If the system won’t start, you can still view log files. However, this depends on the type of installation and how far the installation got. If it was a clean installation, you should boot to the Windows 7 DVD; select Repair your computer, then access the System Recovery Options menu, and select the Command Prompt. If it was an upgrade that didn’t get far, and if Windows Vista/XP/2000 was previously installed on an NTFS drive, you can boot to the System Recovery Options in Vista, or the Recovery Console from a Windows XP or 2000 CD and view the log files from there.
If you cannot start the clean installation or upgrade, check the following:
• Processor speed and memory size: Verify that your computer meets the minimum requirements for Windows 7. Make sure you are installing the correct type (32-bit or 64-bit) and version of Windows 7.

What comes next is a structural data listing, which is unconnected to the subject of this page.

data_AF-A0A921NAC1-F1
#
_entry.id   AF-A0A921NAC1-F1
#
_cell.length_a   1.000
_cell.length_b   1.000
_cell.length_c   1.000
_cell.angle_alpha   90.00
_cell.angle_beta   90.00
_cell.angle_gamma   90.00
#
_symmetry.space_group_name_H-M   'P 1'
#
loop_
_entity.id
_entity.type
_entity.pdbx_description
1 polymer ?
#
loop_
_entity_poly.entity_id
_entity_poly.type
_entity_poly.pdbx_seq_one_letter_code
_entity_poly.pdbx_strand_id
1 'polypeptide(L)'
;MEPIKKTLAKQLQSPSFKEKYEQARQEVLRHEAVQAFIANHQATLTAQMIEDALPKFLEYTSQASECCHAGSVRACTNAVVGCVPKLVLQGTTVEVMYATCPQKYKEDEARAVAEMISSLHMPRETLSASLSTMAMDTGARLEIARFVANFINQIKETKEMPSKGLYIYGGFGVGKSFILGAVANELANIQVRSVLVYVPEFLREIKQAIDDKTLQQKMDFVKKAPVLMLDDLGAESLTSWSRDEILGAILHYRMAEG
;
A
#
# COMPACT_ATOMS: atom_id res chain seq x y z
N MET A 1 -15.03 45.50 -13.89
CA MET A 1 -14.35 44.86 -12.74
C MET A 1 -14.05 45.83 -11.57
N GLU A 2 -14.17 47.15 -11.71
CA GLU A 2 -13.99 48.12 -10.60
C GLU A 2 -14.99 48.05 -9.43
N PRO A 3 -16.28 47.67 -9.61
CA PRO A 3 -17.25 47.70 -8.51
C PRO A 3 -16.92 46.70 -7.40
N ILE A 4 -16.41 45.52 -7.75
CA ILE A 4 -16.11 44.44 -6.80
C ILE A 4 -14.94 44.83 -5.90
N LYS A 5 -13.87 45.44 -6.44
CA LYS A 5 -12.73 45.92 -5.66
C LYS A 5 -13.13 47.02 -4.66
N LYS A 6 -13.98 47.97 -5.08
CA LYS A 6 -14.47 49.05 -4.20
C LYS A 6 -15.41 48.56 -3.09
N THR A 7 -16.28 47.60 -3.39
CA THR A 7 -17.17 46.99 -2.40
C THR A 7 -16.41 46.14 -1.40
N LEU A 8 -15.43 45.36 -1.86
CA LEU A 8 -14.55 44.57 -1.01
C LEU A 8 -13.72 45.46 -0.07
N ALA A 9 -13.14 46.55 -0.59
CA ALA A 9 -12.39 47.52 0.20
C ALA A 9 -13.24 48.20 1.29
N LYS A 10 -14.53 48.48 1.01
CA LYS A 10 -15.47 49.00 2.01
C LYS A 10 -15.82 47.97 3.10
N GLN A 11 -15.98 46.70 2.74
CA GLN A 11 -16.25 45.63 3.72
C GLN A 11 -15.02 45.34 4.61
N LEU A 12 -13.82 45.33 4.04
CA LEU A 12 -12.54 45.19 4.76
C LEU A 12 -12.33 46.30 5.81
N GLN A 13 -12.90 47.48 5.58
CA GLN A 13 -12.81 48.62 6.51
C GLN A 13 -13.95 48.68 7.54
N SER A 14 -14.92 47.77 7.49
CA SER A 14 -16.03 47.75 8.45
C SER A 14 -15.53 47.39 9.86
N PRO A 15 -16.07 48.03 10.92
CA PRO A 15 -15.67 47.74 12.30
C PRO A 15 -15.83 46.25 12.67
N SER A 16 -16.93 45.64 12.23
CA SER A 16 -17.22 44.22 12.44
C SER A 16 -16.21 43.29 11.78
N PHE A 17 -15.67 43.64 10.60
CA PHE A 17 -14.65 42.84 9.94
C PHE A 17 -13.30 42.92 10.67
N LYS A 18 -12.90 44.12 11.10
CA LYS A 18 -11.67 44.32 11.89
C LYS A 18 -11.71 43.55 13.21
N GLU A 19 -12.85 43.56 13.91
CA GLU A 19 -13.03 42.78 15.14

• Windows type and version: Make sure you are installing the correct type (32-bit or 64-bit) and version of Windows 7 (Starter, Home Premium, and so on...).
• Free disk space: You need 16 GB/20 GB free for Windows 7 (for 32-bit and 64-bit editions respectively); the more space available, the better.
• Hardware conflicts or hardware issues: Use the Device Manager to ensure that all hardware works correctly before you start an upgrade.
• Installation media: Make sure that your DVD-ROM media is not scratched or damaged in any way. Verify that it is genuine Microsoft software and that you have the right type of media for your installation, for example, Windows 7 Full Version License or Upgrade DVD.